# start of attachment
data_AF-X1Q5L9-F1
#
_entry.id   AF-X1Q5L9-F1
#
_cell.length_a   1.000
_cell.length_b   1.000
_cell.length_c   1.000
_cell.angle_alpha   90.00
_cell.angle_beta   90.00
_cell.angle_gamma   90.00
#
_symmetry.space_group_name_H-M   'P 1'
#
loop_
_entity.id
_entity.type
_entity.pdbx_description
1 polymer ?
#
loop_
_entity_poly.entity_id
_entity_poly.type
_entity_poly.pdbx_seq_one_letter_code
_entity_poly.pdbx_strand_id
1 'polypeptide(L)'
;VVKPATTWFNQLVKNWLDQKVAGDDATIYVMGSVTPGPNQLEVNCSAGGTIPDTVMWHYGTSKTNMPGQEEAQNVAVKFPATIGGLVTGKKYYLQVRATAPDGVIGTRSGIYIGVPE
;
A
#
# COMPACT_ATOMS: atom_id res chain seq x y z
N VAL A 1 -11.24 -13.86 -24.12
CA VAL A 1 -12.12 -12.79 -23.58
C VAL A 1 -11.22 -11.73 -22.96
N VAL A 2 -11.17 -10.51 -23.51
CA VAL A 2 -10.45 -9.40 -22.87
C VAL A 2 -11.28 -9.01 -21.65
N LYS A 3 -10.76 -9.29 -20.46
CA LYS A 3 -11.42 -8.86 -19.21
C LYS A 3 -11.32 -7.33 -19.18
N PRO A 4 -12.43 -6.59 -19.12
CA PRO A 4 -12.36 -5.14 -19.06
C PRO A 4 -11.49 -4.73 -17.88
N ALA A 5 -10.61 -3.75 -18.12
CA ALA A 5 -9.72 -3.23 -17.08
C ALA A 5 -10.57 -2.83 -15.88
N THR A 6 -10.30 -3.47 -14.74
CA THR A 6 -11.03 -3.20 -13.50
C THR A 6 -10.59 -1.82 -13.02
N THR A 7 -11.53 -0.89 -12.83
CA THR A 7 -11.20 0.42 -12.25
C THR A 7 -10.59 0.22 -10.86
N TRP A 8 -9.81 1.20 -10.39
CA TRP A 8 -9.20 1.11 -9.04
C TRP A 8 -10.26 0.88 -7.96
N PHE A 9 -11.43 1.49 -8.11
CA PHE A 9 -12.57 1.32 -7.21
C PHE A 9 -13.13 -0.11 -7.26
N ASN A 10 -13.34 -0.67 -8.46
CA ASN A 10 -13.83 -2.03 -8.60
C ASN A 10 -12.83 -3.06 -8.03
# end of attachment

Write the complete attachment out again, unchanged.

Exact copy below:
data_AF-X1Q5L9-F1
#
_entry.id   AF-X1Q5L9-F1
#
_cell.length_a   1.000
_cell.length_b   1.000
_cell.length_c   1.000
_cell.angle_alpha   90.00
_cell.angle_beta   90.00
_cell.angle_gamma   90.00
#
_symmetry.space_group_name_H-M   'P 1'
#
loop_
_entity.id
_entity.type
_entity.pdbx_description
1 polymer ?
#
loop_
_entity_poly.entity_id
_entity_poly.type
_entity_poly.pdbx_seq_one_letter_code
_entity_poly.pdbx_strand_id
1 'polypeptide(L)'
;VVKPATTWFNQLVKNWLDQKVAGDDATIYVMGSVTPGPNQLEVNCSAGGTIPDTVMWHYGTSKTNMPGQEEAQNVAVKFPATIGGLVTGKKYYLQVRATAPDGVIGTRSGIYIGVPE
;
A
#
# COMPACT_ATOMS: atom_id res chain seq x y z
N VAL A 1 -11.24 -13.86 -24.12
CA VAL A 1 -12.12 -12.79 -23.58
C VAL A 1 -11.22 -11.73 -22.96
N VAL A 2 -11.17 -10.51 -23.51
CA VAL A 2 -10.45 -9.40 -22.87
C VAL A 2 -11.28 -9.01 -21.65
N LYS A 3 -10.76 -9.29 -20.46
CA LYS A 3 -11.42 -8.86 -19.21
C LYS A 3 -11.32 -7.33 -19.18
N PRO A 4 -12.43 -6.59 -19.12
CA PRO A 4 -12.36 -5.14 -19.06
C PRO A 4 -11.49 -4.73 -17.88
N ALA A 5 -10.61 -3.75 -18.12
CA ALA A 5 -9.72 -3.23 -17.08
C ALA A 5 -10.57 -2.83 -15.88
N THR A 6 -10.30 -3.47 -14.74
CA THR A 6 -11.03 -3.20 -13.50
C THR A 6 -10.59 -1.82 -13.02
N THR A 7 -11.53 -0.89 -12.83
CA THR A 7 -11.20 0.42 -12.25
C THR A 7 -10.59 0.22 -10.86
N TRP A 8 -9.81 1.20 -10.39
CA TRP A 8 -9.20 1.11 -9.04
C TRP A 8 -10.26 0.88 -7.96
N PHE A 9 -11.43 1.49 -8.11
CA PHE A 9 -12.57 1.32 -7.21
C PHE A 9 -13.13 -0.11 -7.26
N ASN A 10 -13.34 -0.67 -8.46
CA ASN A 10 -13.83 -2.03 -8.60
C ASN A 10 -12.83 -3.06 -8.03